Edward Purcell Jr. an opinion writer for The Hill, strongly refutes the Republicans' Big Lie on voter suppression in a May 19 piece entitled:

Trump's 'big lie' is just a ploy


Purcell writes:

"While refuting Trump's ["stolen election"] big lie has been necessary, focusing on a different and more ominous issue is the compelling necessity. The "big lie" is not the animating force behind Republican strategy. It is instead only a cynical rhetorical front for he party's 30-year-old campaign to restructure the American political system to secure its future dominance when it can no longer win national elections fairly...

The party's current [voter] suppression drive represents only an expansion of that long-pursued campaign."

The campaign that Purcell refers to, of course, is that of making it harder or impossible for nonwhite US citizens to vote; a strategy that goes all the way back to the pre-1960's segregation era and the pre-1965 voting rights law. This strategy goes hand-i- hand with the Republican strategy of making it more difficult or impossible for nonwhite foreign citizens to immigrate to the US.

This strategy also goes back to the time before the monumental 1965 immigration reform law, and seeks to return to the time of the 1924 "national origins" immigration quota act which banned immigration from most areas of the world except for Western Europe. This goal was at the heart of the Trump-Miller immigration agenda which President Biden is now trying to undo in stages (raising doubts as to whether he is moving quickly enough).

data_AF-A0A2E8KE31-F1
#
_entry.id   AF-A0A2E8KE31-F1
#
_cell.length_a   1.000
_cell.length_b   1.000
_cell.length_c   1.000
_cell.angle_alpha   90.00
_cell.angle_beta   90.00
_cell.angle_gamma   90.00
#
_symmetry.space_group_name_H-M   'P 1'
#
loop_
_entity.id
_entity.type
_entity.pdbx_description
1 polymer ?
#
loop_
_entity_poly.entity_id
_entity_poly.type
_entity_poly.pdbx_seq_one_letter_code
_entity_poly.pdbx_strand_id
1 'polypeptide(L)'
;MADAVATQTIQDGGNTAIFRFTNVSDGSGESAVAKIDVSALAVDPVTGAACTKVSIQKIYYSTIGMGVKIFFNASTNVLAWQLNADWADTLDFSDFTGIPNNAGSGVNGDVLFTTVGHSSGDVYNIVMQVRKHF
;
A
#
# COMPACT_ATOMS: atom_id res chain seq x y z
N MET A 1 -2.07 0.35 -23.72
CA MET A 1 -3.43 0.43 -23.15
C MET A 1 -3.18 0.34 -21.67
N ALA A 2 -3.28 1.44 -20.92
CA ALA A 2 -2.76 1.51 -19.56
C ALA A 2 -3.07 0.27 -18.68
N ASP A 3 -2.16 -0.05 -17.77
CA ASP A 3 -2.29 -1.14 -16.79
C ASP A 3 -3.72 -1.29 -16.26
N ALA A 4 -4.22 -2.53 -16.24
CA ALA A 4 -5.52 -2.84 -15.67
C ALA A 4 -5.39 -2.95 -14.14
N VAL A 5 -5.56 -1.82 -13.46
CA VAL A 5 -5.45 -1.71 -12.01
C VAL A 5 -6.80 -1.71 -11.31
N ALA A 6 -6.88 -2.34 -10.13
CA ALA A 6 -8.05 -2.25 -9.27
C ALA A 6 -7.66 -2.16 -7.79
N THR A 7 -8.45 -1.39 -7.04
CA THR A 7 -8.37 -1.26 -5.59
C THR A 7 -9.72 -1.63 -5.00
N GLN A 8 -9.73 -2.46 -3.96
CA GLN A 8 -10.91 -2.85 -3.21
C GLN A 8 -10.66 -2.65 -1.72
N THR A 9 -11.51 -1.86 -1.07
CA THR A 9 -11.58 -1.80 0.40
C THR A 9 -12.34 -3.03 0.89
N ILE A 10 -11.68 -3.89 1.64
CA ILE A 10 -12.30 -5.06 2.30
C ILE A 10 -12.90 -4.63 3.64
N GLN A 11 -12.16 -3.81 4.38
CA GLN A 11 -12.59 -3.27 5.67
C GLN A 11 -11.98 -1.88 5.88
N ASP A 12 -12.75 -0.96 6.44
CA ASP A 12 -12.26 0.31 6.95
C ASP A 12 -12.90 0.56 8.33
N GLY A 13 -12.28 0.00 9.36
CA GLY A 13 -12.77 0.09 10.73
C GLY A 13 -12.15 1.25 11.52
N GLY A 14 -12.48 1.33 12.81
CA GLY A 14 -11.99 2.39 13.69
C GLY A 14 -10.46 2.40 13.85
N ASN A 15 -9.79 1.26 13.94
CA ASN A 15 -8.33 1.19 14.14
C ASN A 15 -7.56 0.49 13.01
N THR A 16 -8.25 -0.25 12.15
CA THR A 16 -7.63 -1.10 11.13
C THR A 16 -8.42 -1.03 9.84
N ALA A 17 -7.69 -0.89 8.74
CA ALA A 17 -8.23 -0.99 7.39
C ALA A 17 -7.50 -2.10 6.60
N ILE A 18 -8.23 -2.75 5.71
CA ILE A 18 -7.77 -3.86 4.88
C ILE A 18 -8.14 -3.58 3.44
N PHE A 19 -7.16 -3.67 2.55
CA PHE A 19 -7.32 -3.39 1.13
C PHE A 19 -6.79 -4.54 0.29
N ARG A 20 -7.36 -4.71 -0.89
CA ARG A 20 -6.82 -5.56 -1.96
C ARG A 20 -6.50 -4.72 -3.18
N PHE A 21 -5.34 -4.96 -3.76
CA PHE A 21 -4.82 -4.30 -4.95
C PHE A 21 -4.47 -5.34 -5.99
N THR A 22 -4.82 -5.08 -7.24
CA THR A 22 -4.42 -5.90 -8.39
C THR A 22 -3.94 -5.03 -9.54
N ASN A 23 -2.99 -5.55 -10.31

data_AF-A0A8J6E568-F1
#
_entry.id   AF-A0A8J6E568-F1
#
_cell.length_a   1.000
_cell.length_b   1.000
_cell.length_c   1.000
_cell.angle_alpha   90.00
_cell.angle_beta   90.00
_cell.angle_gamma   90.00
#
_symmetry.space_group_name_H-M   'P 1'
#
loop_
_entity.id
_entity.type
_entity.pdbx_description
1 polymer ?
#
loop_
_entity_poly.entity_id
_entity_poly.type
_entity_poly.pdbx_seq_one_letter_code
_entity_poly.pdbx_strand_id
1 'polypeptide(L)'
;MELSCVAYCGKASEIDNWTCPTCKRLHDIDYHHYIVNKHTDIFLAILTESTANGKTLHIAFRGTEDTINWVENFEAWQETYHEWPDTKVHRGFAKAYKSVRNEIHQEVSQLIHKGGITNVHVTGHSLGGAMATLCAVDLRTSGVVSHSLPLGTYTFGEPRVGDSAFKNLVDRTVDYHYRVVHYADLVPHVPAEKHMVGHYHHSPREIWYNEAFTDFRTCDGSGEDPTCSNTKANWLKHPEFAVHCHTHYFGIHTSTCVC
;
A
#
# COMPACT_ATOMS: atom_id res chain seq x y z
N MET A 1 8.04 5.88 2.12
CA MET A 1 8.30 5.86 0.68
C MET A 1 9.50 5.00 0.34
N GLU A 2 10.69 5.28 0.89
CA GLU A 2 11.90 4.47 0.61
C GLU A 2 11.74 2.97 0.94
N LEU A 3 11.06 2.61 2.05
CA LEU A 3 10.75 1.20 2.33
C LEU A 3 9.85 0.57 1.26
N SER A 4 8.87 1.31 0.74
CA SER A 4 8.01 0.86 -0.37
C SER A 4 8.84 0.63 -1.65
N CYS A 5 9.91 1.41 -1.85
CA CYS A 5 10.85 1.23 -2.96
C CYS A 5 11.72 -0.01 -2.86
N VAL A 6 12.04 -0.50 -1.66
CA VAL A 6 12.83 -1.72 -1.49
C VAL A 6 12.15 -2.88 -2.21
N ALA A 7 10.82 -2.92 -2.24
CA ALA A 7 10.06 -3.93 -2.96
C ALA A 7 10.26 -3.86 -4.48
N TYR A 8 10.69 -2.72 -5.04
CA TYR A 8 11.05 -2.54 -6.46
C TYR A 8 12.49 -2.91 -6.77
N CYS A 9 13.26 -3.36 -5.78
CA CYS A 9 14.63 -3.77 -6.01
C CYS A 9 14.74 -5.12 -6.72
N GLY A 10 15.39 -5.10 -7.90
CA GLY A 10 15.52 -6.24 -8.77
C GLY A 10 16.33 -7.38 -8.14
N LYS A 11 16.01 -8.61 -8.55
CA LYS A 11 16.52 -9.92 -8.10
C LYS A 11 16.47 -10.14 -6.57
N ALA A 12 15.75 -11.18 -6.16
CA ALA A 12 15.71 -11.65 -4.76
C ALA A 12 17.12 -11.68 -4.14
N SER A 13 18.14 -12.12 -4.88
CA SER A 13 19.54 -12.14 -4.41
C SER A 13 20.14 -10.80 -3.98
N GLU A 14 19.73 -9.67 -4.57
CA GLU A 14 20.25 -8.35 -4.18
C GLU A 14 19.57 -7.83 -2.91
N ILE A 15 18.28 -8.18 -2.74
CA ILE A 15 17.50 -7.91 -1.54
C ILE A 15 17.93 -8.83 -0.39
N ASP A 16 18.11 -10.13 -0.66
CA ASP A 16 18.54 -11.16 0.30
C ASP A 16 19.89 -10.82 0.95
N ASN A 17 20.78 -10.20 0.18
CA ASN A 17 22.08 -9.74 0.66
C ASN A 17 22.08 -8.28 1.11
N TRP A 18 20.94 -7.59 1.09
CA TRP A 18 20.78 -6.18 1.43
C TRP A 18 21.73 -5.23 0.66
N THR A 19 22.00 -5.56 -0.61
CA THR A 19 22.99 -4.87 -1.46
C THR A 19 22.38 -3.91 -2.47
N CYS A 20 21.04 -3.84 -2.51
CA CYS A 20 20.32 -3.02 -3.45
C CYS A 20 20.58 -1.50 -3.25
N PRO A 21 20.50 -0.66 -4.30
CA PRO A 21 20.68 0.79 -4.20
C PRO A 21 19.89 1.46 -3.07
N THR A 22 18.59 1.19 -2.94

The Republican attempt to foment hysteria over the so-called "Border Crisis", which in fact consists in large part of peaceful crossings into the US by legitimate Latino asylum-seekers and unaccompanied children (the same people whom Trump referred to as "criminals and rapists" in his infamous June 2015 campaign speech) should also be looked at as part of a larger. white supremacist anti- immigrant strategy.

The Republicans have been pursuing this strategy for the past 30 years also, including, among many other attempts to cut off or sharply reduce nonwhite legal immigration, IIRIRA in 1996, as I have discussed in a previous recent comment.

As long ago as August, 2014, the highly respected, non-partisan Brookings Institution published an article (by Christopher Parker) identifying the Republican party as the party of white supremacy in immigration. See:

The (Real) Reason Why The House Won't Pass immigration Reform

https://www.brookings.edu/blog/fixgov/2014/08/04/the- real-reason-why-the-house-wont-pass-comprehensive-immigration-reform/

And for a frightening, but alarmingly realistic warning about how the Republican party is at war with democracy itself and could very possibly replace America's democratic system with an authoritarian one if its appeal to white supremacy (as described above) enables the GOP to take control of the House of Representatives next year, or the White House in 2024, see a May 20 article by Washington Post columnist Perry Bacon Jr. called;

American democracy is in even worse shape than you think

I will discuss these two articles, and the danger that Republican voter suppression and anti-immigrant white supremacy both pose to our democracy in more detail in upcoming comments.

Roger Algase
Attorney at Law